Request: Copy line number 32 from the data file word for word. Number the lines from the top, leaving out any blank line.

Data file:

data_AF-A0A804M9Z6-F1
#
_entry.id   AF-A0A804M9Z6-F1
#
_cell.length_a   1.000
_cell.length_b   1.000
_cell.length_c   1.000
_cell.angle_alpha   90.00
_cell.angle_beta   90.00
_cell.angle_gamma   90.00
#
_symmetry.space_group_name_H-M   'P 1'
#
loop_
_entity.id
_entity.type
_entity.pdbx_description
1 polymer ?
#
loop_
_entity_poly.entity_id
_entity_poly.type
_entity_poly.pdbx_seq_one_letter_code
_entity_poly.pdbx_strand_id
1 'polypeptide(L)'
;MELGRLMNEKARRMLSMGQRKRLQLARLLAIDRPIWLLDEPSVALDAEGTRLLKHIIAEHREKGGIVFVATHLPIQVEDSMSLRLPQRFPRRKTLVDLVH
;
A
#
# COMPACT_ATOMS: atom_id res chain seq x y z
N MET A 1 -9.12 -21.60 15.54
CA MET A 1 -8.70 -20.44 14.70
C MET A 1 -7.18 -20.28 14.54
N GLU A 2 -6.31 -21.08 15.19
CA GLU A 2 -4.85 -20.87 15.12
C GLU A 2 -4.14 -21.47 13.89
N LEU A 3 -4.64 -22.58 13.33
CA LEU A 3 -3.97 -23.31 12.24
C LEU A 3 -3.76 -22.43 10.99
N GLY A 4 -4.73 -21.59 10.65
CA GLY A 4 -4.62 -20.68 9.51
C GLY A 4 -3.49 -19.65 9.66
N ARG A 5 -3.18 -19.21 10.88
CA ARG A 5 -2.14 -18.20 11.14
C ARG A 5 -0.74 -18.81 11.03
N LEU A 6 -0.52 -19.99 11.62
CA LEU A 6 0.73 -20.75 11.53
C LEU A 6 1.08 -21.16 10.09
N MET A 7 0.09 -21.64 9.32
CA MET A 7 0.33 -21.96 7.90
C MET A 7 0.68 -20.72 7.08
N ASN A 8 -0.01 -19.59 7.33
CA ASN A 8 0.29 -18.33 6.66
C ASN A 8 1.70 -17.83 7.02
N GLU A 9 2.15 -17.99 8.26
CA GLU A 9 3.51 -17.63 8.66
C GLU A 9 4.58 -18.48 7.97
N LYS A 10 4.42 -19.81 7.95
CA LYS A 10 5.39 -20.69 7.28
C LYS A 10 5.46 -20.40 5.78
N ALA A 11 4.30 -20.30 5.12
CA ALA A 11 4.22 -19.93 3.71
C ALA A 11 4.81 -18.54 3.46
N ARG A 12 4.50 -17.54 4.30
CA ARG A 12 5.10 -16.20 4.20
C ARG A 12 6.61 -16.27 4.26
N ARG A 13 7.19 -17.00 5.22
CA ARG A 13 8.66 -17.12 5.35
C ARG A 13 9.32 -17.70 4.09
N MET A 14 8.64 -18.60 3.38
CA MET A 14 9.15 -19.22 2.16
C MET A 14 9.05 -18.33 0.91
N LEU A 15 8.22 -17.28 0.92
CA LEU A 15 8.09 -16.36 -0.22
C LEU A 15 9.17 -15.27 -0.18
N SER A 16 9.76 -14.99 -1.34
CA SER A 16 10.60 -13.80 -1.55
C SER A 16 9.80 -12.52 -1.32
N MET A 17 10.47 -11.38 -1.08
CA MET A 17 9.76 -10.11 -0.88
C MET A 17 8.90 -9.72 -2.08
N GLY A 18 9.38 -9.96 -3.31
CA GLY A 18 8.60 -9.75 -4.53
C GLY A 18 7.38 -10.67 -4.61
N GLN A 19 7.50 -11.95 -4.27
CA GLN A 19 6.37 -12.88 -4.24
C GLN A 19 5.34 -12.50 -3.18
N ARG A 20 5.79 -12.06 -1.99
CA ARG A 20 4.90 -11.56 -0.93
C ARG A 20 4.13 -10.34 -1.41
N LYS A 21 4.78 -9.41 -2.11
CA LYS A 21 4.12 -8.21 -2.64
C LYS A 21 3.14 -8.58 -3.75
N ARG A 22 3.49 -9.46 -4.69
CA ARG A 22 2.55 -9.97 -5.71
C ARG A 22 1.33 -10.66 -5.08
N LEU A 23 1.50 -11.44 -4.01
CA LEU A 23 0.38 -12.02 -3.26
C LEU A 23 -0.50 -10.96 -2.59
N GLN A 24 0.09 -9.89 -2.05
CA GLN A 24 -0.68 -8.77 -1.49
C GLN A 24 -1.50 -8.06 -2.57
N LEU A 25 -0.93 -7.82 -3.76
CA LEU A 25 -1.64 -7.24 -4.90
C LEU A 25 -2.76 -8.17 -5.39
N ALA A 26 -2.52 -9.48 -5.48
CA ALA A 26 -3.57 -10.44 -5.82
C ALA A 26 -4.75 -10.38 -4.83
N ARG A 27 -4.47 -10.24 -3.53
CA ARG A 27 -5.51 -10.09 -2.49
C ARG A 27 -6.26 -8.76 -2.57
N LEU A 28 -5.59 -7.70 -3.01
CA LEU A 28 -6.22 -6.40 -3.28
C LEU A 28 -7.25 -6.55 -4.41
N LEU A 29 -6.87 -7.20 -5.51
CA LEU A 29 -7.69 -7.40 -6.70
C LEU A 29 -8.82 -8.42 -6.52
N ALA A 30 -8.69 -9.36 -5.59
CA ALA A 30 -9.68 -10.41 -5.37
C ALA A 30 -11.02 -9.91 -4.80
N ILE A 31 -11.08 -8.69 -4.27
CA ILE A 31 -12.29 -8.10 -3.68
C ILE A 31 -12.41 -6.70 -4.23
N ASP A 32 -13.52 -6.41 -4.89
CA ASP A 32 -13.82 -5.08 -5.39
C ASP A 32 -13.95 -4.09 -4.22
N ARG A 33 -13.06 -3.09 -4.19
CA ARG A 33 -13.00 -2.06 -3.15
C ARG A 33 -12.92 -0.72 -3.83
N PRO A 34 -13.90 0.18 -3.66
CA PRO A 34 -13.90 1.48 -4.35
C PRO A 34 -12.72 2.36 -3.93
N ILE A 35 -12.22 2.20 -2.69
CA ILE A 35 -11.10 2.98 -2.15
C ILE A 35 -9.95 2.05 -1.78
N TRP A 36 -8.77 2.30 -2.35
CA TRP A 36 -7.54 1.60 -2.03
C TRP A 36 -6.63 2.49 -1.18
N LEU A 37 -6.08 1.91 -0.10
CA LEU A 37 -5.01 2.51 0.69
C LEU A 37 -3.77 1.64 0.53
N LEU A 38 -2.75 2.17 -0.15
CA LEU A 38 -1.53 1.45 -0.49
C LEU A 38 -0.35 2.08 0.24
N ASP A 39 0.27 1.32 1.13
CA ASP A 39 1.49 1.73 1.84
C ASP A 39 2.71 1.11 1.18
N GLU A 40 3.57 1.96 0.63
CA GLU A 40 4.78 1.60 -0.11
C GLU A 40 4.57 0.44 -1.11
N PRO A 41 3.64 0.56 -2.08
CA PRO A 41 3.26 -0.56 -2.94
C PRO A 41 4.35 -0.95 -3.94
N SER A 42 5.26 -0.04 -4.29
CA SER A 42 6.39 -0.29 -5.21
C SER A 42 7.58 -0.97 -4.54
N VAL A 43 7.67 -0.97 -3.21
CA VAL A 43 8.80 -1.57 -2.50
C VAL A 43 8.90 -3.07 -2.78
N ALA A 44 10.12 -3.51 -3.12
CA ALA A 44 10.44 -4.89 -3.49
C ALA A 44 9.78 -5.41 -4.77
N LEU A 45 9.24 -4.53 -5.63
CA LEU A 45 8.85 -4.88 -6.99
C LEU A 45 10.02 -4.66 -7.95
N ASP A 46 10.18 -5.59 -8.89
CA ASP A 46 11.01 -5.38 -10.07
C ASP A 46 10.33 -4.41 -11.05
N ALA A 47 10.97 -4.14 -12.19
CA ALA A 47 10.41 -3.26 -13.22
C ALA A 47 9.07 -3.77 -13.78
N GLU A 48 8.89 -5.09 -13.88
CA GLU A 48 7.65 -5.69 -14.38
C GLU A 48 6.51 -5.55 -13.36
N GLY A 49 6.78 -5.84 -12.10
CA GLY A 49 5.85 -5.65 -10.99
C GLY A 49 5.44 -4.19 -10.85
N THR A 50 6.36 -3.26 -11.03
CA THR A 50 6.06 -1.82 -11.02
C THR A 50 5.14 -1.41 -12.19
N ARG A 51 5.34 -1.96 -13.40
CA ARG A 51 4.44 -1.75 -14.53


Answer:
CA MET A 1 -8.70 -20.44 14.70